MARILYN: As soon as I finished this book, I eagerly read it again. With the first reading, I found the plot most engaging. On the second reading, I admired the author’s craft. The story takes place in the Middle Ages during a time of war. Five characters carry the story. First, the reader meets a monk, Brother Edik, who has written a prophecy about a girl who will unseat a king. Next, we are introduced to a cranky and fearsome goat, Answelica, who has a major role in the story as a protector of Beatryce, a young girl that Brother Edik finds ill, wounded and bloody curled up next to that goat, fast asleep. It turns out that the child has experienced a horrific trauma that has left her without any memory except that her name is Beatryce. As Brother Edik comes to know her he discovers that she can read and write which is dangerous because there is a law that says that no girls or women can read or write. Brother Edik shaves her head and disguises her as a young monk.
Meanwhile, Beatryce’s life is threaten by an evil counselor to the King and the King himself. Beatryce, the goat and Brother Edik are befriended by a boy, an ex-king and a bee. They all join forces to go to see the King. Beatryce says, “I want only to find my mother and look the king in the eye and hear him say what he has done.” And she thinks that “…If the prophecy was about her, she must face it.” Along the way, Beatryce regains her memory and begins to tell a story about a mermaid that engages the other characters. The thrilling adventures of the six travelers is a middle grade novel with black and white illustrations by Blackall that perfectly compliment the plot and extend the characterizations.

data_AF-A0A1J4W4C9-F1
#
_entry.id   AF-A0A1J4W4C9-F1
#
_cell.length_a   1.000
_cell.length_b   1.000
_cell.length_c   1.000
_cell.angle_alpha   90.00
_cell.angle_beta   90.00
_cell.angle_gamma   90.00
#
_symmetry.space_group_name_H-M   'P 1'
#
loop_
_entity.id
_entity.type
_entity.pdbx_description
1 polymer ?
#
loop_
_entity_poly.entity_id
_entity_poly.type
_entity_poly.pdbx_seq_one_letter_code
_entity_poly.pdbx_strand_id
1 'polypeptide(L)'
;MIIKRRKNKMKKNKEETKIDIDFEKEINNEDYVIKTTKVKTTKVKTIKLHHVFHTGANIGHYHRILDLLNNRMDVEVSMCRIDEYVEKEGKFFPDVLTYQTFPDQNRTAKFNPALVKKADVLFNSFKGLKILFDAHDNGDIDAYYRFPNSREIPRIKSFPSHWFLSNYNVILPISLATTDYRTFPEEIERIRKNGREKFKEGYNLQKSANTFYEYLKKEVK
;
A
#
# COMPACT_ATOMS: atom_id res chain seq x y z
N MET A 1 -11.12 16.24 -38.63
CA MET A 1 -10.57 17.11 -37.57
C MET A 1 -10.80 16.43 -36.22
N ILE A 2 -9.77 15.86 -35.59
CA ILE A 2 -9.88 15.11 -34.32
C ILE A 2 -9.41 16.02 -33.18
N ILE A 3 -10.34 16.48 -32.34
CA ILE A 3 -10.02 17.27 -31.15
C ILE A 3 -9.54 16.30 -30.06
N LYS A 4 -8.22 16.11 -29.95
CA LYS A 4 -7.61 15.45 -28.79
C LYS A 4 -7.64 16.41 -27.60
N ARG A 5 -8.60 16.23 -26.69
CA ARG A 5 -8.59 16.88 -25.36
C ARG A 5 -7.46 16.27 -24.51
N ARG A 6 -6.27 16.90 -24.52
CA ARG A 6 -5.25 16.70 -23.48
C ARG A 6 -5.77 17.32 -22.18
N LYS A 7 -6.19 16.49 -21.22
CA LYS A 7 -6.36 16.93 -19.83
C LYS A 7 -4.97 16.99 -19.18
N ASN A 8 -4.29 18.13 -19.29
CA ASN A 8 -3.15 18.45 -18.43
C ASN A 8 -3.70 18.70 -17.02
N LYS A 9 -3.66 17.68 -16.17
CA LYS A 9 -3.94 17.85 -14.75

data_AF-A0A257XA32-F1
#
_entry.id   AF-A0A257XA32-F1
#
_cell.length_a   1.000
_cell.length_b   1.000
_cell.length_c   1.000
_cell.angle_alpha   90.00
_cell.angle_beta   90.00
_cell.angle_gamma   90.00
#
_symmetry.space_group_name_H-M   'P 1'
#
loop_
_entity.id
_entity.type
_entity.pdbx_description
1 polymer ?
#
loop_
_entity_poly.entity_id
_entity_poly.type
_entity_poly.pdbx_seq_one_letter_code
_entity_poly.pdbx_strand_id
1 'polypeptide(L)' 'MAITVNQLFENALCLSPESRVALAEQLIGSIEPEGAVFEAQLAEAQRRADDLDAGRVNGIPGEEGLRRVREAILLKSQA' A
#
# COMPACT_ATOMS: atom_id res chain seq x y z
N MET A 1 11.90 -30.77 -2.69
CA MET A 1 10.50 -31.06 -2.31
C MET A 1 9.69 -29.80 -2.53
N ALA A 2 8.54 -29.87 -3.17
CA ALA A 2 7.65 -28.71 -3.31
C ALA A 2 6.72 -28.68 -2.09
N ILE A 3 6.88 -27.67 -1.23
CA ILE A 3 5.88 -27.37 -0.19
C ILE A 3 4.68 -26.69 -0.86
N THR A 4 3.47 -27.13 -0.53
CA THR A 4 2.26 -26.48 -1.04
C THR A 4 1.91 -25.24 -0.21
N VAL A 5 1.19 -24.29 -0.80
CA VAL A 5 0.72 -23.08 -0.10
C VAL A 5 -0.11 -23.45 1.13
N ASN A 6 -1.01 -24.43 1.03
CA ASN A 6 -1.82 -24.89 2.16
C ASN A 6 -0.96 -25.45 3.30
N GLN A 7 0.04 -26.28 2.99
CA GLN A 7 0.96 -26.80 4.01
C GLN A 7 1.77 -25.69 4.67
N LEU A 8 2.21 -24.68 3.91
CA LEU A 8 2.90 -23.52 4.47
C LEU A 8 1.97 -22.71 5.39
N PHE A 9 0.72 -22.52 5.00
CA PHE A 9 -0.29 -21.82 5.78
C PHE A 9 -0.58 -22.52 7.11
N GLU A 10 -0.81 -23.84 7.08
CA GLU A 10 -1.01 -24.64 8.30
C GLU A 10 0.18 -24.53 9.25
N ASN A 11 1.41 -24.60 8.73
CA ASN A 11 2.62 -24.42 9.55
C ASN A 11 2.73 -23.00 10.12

As a follow-up to reading this book aloud, guide children in doing an author study of other books by DiCamillo and an illustrator study of books illustrated by Blackall. Long after reading this story I will remember the last words – “What does then, change the world?…” if you were to ask Beatryce… She… would answer “Love.” Love, and also stories.”
KATHY: I marveled at DiCamillo’s crafting. She took so many different threads, some that seemed irrelevant, and kept pulling them through at different times in the book. She connected threads that I did not expect and also left a great deal up to the reader, hinting at connections but not making them explicit. The reader has to actively connect those threads, metaphors and allusions. DiCamillo trusts her readers. I loved how she wove Beatryce’s tale about a mermaid throughout the plot. Although DiCamillo uses a fairy tale format, she subverted that genre throughout. The ending works out for the characters, but is not a typical fairy tale ending of the bliss of happily ever after. A traditional tale would end with Beatryce and Jack on the throne, ruling happily ever after. But, it’s not Beatryce and Jack who rule. Instead, they take on the work of spreading literacy throughout the kingdom; the former king listens and laughs but does not rule; Beatryce’s mother is the one who rules; and Brother Edik does not return to his abbey, he writes the story of the mermaid to make a book. They all take on work, tasks to do that make a difference for their world. The ending is not about prophecies but about love and how stories change the world. I marvel at the author’s ability to take such complexity and tell that story in less than 247 pages (with large print and illustrations).
It is a book that engaged me fully as a reader, and I found my attention moving between the story and the author’s craft, between aesthetic and efferent stances and with trying to figure out how some new element or story connected with the larger story DiCamillo was telling. Don’t miss Imagination Friday on Nov. 12, 2021 @ 1:00 pm- 1:40 pm, when both Kate DiCamillo & Sophie Blackall will be interviewed on WOW. –Recommended by Kathy G. Short, Professor, Teaching, Learning and Sociocultural Studies, Director, Worlds of Words, University of Arizona, Founder’s Endowed Chair, Global Children’s and Adolescent Literature, and Marilyn Carpenter, Professor Emeritus Eastern Washington University.
Title: The Beatryce Prophecy
Author: Kate DiCamillo
Illustrator: Sophie Blackall.
Publisher: Candlewick Press
PubDate: September 28, 2021
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